The Muslim vote is crucial for India’s ‘secular’ parties, but it is almost always taken for granted. Muslims are expected to support these parties just to be ‘saved’ from the depredations of the BJP. This traditional alliance has taken great umbrage at Asaddudin Owaisi’s AIMIM foraying into its political space, describing it as the BJP’s ‘B’ team. However, as Owaisi has told West Bengal Chief Minister Mamata Banerjee, the Muslim vote is not her ‘jagir’. All he is trying to do is upend the equation and leverage the Muslims’ indispensability by claiming leadership of the opposition. Rather than support caste and family based parties, why should not these sections rally behind a leadership that happens to be Muslim?
One of the grievances the Muslims have always had is that, despite the need parties have of them to make up the numbers, members of the community are never given an adequate share of the leadership. In fact, they are almost hidden away so as not to aggravate the support from other sections. The Muslims are expected to be happy just to be on the winning side and have the concessions made to them – such as under the personal laws – remain untouched.
Owaisi’s campaign has already made inroads in other states, the latest being Bihar. He is being blamed by the RJD led opposition for having rocked their boat, but he has set his priorities – it is for the Muslims and others to decide on what they wish to do. Initially, it will prove a setback for the anti-BJP forces, but the sooner they work out the permutations and combinations, the better it will be for democracy. He has his eyes set, first, on the Dalit voters. The only problem, of course, is that Asaddudin Owaisi is one of his kind – someone who has the ability to present his arguments in an impeccably constitutional way. The other members of his party do not have that clarity of vision. However, for as long as he is around and pursues his agenda with vigour, he may well become a tall leader of his own accord without dependence on the charity of others. Who knows, he may go on to become India’s first Muslim Prime Minister. It all depends on the level of desperation felt by the opposition in the face of Narendra Modi’s present dominance.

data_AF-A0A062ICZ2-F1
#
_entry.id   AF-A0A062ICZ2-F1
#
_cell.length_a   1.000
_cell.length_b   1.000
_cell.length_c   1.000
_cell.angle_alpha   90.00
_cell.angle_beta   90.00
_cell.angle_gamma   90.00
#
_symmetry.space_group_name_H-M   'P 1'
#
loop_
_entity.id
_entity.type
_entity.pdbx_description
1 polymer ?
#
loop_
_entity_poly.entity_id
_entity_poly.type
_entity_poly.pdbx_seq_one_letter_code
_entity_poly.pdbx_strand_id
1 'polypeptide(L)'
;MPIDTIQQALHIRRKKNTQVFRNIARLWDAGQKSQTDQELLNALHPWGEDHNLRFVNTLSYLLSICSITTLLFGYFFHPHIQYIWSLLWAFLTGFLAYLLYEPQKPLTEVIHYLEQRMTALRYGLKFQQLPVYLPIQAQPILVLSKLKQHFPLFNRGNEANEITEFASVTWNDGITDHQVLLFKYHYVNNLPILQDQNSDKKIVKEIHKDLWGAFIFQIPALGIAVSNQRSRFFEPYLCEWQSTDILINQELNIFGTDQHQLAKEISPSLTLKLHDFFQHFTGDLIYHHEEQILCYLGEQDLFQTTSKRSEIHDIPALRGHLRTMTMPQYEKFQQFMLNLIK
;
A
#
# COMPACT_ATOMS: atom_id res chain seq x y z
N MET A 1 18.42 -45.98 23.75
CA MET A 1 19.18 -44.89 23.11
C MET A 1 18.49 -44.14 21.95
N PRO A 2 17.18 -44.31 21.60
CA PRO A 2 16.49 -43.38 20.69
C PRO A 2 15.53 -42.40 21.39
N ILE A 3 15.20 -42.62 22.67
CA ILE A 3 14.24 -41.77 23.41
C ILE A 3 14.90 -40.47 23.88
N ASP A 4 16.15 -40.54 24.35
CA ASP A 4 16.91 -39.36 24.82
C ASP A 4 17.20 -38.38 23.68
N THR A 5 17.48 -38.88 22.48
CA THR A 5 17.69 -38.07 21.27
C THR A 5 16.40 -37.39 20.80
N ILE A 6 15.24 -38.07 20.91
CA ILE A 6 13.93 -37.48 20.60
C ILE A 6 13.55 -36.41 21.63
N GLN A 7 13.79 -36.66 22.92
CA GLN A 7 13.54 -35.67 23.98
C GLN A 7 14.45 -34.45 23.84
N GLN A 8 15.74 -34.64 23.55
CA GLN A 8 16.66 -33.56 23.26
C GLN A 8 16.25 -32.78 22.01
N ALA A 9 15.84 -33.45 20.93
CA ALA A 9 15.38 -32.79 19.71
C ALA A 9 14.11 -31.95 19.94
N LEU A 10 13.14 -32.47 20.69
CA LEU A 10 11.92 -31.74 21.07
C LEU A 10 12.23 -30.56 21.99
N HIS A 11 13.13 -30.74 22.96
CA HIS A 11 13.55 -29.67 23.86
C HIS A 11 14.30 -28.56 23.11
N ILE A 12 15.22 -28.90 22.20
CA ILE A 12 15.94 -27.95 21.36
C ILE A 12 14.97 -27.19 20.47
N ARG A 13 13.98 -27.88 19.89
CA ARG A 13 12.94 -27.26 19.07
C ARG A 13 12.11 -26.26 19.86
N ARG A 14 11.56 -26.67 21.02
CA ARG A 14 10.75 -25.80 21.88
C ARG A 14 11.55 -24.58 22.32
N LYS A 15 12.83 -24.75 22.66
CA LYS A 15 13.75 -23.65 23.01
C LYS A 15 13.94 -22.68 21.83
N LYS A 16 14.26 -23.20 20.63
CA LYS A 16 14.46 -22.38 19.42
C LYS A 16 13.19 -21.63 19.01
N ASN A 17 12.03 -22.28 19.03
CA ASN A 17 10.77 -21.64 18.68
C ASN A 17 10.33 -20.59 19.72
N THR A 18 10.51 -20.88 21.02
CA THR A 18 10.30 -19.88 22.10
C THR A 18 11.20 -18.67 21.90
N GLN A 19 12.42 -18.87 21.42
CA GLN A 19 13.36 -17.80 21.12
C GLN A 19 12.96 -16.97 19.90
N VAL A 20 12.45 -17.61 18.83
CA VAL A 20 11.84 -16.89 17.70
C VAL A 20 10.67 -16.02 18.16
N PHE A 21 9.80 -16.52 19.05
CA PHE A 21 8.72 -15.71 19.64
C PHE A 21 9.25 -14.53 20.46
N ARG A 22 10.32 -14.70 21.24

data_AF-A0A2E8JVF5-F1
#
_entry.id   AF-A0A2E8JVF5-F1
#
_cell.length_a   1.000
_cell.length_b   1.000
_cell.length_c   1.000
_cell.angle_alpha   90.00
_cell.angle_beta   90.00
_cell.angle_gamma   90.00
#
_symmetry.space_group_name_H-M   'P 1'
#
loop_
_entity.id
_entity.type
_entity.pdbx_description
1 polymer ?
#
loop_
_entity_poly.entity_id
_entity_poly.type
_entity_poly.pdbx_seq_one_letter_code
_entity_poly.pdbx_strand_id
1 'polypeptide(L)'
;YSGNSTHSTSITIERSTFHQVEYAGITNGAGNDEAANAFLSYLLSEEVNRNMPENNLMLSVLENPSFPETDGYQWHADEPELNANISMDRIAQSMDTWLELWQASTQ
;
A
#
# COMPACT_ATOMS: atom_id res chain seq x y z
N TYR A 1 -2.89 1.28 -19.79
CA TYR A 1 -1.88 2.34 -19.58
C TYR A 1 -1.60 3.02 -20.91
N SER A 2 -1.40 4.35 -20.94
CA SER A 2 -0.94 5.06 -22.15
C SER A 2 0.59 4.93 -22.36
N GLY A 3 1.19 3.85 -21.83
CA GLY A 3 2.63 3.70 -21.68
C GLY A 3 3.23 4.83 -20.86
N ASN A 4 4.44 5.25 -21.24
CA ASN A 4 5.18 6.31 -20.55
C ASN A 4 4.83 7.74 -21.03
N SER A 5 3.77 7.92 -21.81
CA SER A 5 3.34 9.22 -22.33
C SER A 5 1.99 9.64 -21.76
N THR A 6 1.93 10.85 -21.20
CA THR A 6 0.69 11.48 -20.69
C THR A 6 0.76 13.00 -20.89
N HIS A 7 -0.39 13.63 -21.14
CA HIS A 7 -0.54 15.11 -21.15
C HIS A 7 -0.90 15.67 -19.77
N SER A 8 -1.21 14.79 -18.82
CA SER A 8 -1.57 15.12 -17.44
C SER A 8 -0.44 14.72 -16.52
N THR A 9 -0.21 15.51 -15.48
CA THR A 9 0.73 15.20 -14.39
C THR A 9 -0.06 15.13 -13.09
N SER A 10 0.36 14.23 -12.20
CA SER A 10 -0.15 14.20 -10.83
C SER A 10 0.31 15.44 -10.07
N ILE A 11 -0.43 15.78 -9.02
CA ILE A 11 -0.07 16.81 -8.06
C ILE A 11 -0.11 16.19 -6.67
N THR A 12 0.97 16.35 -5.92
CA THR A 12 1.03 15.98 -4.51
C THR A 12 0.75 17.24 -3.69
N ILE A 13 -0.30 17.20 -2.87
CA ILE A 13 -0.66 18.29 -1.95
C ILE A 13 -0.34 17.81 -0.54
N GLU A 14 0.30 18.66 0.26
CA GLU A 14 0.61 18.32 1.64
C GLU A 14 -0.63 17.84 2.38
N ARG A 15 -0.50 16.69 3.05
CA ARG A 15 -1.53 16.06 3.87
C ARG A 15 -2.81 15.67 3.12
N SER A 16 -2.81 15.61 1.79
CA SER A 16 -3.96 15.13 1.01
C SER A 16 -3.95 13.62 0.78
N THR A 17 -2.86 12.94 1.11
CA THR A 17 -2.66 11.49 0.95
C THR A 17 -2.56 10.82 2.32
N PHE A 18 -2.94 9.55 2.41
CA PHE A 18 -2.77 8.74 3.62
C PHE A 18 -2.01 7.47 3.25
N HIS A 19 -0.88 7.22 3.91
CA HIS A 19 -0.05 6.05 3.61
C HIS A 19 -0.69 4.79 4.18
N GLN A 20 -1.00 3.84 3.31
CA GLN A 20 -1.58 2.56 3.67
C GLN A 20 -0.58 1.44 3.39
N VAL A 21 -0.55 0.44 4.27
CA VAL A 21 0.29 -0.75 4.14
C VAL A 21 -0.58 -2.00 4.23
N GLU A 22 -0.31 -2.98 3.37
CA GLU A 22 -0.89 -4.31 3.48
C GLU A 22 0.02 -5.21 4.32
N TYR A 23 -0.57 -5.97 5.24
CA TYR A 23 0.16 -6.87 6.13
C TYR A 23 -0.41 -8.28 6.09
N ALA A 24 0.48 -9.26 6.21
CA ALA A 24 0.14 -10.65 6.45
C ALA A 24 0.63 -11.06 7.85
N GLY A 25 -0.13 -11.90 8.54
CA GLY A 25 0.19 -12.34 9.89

Owaisi is a conservative Muslim who is not inclined towards a reformist Islamic agenda. It would be interesting to see how he approaches the constitutional obligations when in a position of ‘secular’ power. Thus far, though, he has steered his ship exceedingly well.